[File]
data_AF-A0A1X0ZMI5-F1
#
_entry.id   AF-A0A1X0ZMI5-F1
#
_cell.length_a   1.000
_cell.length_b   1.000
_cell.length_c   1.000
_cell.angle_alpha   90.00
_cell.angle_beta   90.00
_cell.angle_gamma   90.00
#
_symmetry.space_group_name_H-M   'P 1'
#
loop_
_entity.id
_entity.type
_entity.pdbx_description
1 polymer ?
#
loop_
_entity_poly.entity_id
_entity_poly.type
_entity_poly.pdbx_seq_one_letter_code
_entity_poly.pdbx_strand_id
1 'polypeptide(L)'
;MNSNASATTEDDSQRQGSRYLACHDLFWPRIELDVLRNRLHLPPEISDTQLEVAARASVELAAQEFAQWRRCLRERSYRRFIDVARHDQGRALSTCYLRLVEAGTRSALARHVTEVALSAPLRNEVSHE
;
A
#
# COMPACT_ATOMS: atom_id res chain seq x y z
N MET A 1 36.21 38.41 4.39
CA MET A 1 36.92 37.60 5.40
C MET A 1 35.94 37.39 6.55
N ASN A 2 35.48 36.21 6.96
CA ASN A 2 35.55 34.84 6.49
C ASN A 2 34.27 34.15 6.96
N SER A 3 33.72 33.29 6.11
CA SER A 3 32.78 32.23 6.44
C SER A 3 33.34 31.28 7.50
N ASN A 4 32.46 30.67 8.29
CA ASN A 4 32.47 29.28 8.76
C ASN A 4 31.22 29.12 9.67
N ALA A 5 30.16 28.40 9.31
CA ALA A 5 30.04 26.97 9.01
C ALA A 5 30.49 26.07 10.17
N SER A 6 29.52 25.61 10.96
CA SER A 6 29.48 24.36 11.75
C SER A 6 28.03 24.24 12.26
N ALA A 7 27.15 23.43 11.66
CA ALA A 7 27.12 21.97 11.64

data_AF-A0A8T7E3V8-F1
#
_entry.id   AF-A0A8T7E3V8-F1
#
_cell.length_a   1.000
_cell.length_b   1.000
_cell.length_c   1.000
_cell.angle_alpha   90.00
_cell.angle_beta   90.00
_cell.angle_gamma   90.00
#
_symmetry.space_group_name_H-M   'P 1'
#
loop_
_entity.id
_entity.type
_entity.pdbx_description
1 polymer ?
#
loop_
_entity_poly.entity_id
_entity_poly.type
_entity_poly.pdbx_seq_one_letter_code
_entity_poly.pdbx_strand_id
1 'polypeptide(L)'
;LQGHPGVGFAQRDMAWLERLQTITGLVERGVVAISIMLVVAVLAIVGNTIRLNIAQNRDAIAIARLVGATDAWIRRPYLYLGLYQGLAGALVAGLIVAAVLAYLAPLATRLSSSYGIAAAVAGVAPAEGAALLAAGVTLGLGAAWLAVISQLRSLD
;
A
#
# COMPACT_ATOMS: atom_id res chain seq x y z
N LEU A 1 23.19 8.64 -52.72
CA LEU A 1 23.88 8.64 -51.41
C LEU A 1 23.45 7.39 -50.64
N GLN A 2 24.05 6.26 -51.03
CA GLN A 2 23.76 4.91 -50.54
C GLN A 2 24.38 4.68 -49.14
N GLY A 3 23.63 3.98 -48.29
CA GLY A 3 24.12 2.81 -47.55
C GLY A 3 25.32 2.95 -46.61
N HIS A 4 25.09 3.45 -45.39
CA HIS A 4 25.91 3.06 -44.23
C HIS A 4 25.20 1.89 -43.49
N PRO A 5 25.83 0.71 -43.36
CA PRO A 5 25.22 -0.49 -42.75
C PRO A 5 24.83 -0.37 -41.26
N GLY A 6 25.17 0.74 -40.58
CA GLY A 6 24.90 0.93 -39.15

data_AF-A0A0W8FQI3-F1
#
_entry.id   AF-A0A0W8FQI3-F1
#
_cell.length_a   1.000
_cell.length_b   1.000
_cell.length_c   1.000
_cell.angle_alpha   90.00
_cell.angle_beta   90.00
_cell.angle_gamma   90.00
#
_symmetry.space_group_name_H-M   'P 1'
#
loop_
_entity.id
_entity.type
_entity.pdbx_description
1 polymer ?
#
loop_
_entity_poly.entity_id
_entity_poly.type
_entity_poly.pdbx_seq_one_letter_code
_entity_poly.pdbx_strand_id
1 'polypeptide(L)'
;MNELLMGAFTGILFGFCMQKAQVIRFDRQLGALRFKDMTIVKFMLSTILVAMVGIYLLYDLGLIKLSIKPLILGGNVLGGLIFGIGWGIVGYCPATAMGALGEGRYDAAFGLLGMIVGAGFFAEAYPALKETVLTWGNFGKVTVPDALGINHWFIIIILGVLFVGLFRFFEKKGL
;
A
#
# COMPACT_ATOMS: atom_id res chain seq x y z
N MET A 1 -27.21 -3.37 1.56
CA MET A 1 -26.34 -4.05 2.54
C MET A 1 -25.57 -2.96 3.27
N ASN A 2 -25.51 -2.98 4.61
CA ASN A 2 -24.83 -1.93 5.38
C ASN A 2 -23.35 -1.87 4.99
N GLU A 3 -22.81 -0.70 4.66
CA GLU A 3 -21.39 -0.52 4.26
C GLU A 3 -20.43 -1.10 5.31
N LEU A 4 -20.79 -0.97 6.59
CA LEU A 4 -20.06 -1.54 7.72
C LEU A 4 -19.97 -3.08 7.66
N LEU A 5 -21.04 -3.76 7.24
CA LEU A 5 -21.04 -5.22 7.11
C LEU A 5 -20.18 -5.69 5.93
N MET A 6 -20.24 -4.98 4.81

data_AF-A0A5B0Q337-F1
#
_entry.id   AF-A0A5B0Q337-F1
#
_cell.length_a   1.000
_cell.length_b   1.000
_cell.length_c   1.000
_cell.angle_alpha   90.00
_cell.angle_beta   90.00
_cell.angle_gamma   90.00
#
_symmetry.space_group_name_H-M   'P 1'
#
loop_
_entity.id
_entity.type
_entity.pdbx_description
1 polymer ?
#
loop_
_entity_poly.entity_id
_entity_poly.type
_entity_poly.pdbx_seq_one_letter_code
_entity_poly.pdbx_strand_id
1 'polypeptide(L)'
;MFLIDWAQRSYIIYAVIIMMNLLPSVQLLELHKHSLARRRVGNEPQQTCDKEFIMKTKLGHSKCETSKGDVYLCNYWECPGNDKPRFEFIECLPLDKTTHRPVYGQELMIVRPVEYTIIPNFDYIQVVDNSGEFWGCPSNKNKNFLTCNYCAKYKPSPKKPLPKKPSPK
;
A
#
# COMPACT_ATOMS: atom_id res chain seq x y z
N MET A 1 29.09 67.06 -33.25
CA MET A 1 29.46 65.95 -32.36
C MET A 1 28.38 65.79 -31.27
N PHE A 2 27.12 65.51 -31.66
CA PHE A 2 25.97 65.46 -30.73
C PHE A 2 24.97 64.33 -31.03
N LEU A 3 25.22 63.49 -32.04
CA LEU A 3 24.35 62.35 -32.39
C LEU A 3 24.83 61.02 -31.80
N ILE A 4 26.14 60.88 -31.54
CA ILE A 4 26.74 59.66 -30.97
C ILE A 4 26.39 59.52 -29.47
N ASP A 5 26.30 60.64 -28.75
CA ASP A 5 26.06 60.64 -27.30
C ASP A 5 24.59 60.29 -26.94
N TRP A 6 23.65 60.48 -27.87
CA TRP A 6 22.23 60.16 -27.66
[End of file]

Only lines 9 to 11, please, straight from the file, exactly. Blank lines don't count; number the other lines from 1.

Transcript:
_cell.angle_beta   90.00
_cell.angle_gamma   90.00
#